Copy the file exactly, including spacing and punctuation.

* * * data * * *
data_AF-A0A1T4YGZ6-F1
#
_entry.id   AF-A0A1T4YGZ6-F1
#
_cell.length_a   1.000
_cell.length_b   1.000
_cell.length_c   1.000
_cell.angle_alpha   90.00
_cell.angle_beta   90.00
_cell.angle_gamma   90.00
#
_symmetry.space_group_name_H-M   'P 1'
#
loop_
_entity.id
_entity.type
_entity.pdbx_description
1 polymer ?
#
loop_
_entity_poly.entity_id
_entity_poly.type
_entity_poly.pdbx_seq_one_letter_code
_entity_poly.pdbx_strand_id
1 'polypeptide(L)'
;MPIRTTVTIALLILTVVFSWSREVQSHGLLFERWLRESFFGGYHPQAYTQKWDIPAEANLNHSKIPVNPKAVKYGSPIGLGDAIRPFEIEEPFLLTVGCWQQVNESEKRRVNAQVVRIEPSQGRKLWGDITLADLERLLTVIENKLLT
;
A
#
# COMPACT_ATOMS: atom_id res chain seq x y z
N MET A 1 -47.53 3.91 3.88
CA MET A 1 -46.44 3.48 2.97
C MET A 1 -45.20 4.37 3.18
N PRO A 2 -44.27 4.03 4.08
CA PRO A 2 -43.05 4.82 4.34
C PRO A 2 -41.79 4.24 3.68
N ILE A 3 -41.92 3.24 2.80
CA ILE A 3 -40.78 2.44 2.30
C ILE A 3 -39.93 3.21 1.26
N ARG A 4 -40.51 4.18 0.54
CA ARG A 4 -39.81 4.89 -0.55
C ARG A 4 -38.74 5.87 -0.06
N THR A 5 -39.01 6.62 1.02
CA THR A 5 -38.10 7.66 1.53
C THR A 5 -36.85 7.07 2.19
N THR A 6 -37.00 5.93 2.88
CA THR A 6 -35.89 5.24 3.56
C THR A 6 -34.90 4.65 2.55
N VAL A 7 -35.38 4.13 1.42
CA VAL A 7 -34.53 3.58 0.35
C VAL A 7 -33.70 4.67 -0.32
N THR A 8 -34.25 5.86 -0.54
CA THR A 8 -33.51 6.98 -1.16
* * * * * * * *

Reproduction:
data_AF-A0A1T4YGZ6-F1
#
_entry.id   AF-A0A1T4YGZ6-F1
#
_cell.length_a   1.000
_cell.length_b   1.000
_cell.length_c   1.000
_cell.angle_alpha   90.00
_cell.angle_beta   90.00
_cell.angle_gamma   90.00
#
_symmetry.space_group_name_H-M   'P 1'
#
loop_
_entity.id
_entity.type
_entity.pdbx_description
1 polymer ?
#
loop_
_entity_poly.entity_id
_entity_poly.type
_entity_poly.pdbx_seq_one_letter_code
_entity_poly.pdbx_strand_id
1 'polypeptide(L)'
;MPIRTTVTIALLILTVVFSWSREVQSHGLLFERWLRESFFGGYHPQAYTQKWDIPAEANLNHSKIPVNPKAVKYGSPIGLGDAIRPFEIEEPFLLTVGCWQQVNESEKRRVNAQVVRIEPSQGRKLWGDITLADLERLLTVIENKLLT
;
A
#
# COMPACT_ATOMS: atom_id res chain seq x y z
N MET A 1 -47.53 3.91 3.88
CA MET A 1 -46.44 3.48 2.97
C MET A 1 -45.20 4.37 3.18
N PRO A 2 -44.27 4.03 4.08
CA PRO A 2 -43.05 4.82 4.34
C PRO A 2 -41.79 4.24 3.68
N ILE A 3 -41.92 3.24 2.80
CA ILE A 3 -40.78 2.44 2.30
C ILE A 3 -39.93 3.21 1.26
N ARG A 4 -40.51 4.18 0.54
CA ARG A 4 -39.81 4.89 -0.55
C ARG A 4 -38.74 5.87 -0.06
N THR A 5 -39.01 6.62 1.02
CA THR A 5 -38.10 7.66 1.53
C THR A 5 -36.85 7.07 2.19
N THR A 6 -37.00 5.93 2.88
CA THR A 6 -35.89 5.24 3.56
C THR A 6 -34.90 4.65 2.55
N VAL A 7 -35.38 4.13 1.42
CA VAL A 7 -34.53 3.58 0.35
C VAL A 7 -33.70 4.67 -0.32
N THR A 8 -34.25 5.86 -0.54
CA THR A 8 -33.51 6.98 -1.16